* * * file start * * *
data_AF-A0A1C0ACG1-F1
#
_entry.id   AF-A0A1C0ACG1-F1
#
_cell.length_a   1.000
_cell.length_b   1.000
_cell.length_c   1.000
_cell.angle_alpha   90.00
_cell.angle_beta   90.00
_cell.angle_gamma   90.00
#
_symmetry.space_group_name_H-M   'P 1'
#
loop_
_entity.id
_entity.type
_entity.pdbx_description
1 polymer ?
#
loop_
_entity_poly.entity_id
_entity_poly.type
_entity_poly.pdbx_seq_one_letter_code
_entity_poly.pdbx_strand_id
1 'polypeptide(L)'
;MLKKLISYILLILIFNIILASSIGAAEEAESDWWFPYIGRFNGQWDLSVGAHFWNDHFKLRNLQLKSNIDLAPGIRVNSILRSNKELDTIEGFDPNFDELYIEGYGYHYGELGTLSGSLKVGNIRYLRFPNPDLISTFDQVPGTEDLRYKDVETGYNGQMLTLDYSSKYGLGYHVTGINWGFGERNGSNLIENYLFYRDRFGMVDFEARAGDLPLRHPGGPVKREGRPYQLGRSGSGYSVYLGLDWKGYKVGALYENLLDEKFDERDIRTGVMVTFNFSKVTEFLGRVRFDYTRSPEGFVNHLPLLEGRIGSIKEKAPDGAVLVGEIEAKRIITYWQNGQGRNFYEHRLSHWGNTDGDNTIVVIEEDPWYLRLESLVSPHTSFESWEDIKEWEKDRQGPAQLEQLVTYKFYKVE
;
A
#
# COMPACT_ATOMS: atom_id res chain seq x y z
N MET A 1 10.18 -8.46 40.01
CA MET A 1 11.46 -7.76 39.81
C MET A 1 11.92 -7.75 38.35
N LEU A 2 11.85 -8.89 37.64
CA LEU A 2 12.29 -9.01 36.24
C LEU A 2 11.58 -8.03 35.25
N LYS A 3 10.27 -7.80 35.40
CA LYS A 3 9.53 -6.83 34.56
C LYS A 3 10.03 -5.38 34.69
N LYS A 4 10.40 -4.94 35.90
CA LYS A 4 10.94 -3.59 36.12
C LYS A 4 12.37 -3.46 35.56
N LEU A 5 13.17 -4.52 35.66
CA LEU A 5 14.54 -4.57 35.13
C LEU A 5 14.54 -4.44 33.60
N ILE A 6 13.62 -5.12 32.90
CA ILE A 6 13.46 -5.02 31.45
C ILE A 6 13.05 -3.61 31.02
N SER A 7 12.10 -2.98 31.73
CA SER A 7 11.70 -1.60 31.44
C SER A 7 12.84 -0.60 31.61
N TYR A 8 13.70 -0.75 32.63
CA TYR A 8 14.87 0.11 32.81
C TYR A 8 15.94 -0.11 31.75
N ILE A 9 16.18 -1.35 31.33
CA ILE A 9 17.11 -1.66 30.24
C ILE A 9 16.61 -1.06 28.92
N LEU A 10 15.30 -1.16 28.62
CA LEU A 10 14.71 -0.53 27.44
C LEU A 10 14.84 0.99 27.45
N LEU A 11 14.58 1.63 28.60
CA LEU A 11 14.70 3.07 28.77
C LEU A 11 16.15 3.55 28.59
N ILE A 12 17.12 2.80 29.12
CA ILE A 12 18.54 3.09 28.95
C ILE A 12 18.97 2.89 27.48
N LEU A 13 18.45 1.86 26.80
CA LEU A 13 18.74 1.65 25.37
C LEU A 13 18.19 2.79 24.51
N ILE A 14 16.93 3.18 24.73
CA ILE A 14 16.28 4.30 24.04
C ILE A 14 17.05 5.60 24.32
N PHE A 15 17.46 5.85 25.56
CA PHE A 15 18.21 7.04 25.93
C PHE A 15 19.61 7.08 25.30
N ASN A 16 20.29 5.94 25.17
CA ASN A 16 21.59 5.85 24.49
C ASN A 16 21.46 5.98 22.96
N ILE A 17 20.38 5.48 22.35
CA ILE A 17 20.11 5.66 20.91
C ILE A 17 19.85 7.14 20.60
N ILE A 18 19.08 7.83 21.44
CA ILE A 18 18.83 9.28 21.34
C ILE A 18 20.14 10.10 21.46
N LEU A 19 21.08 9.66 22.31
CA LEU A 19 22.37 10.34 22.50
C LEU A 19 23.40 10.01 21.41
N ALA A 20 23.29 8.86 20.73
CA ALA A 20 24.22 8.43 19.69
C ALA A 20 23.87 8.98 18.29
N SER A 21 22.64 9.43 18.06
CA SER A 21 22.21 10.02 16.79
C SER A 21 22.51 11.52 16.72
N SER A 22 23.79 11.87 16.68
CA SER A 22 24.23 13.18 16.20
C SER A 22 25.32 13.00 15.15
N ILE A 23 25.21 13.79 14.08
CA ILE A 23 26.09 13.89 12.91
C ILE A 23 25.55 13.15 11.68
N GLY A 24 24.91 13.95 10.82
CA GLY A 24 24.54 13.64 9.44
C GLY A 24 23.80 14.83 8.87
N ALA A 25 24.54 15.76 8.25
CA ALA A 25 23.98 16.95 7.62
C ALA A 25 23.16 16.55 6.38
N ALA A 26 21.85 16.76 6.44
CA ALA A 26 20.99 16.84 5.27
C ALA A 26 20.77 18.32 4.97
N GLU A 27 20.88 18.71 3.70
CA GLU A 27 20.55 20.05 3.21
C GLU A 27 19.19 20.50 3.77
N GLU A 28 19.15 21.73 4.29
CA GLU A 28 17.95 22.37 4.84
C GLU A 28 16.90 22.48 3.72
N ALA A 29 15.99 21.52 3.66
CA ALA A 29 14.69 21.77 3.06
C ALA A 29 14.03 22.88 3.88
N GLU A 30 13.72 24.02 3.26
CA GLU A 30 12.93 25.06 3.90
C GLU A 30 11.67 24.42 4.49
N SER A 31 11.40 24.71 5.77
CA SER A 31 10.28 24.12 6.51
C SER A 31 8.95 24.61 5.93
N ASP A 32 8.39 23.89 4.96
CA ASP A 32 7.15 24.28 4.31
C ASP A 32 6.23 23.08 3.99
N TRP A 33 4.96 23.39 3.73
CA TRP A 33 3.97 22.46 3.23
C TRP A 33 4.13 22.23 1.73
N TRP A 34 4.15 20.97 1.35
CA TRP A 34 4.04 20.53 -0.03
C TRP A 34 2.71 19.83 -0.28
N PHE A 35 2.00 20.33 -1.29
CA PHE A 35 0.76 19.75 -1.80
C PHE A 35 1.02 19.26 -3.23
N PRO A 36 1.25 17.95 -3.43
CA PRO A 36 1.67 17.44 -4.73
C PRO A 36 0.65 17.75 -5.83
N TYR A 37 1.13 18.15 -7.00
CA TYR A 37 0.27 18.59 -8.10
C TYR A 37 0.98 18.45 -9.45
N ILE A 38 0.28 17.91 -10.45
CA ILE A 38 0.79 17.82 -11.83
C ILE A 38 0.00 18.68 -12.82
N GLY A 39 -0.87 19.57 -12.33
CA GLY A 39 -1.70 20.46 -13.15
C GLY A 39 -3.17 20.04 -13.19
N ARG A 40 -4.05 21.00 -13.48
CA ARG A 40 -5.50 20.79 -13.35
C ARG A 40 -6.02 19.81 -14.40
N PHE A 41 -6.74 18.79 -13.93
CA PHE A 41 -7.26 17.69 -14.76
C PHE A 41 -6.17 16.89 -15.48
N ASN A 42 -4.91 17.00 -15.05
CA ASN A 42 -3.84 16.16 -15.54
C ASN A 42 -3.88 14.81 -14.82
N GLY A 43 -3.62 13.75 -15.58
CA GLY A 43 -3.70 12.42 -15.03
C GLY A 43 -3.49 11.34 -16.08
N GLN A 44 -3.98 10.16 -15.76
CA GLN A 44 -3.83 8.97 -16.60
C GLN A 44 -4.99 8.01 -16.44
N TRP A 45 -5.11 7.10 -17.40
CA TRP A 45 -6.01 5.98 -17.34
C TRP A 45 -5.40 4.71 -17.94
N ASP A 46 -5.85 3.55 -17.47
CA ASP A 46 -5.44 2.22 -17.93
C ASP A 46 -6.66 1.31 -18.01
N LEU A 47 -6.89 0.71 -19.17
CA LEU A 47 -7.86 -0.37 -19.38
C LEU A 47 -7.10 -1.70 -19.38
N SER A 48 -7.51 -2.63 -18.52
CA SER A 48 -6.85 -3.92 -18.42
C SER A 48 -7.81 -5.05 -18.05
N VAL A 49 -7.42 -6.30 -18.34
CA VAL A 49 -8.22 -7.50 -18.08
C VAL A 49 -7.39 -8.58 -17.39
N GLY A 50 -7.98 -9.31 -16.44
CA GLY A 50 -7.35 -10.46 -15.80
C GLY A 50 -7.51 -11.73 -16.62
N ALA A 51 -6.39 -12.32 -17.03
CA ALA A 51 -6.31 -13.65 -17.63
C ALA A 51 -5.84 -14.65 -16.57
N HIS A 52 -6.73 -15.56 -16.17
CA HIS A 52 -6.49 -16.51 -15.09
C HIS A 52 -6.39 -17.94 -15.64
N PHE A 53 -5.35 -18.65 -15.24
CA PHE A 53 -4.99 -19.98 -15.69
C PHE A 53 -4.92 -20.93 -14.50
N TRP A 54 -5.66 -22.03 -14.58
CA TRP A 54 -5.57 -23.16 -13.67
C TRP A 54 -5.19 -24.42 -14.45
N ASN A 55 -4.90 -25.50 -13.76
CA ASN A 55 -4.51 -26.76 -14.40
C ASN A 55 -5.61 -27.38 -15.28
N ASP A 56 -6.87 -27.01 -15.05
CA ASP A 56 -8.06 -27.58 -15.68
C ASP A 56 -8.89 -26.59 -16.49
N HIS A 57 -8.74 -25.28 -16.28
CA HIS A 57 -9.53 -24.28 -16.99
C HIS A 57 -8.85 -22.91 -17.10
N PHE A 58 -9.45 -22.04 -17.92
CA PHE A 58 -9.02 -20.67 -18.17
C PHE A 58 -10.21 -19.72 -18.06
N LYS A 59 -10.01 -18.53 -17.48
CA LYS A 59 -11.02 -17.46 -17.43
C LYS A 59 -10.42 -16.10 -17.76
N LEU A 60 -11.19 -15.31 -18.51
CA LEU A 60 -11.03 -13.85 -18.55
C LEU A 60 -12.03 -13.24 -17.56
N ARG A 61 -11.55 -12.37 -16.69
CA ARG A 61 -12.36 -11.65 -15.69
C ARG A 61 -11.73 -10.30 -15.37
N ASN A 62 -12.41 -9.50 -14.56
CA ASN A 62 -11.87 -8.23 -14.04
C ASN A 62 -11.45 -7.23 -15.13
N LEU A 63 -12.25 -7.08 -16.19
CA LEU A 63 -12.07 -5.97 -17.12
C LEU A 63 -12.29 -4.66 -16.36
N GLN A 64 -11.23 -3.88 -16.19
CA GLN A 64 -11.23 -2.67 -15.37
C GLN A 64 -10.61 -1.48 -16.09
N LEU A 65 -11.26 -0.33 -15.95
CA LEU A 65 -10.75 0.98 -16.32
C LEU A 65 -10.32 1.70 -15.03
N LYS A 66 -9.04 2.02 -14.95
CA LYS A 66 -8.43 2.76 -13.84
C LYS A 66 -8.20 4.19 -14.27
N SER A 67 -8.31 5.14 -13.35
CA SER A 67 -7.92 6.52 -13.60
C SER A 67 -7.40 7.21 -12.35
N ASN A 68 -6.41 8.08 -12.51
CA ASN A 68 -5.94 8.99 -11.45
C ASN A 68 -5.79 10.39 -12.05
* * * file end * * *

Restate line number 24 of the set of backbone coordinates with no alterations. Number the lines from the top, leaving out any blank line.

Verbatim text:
_entity_poly.pdbx_strand_id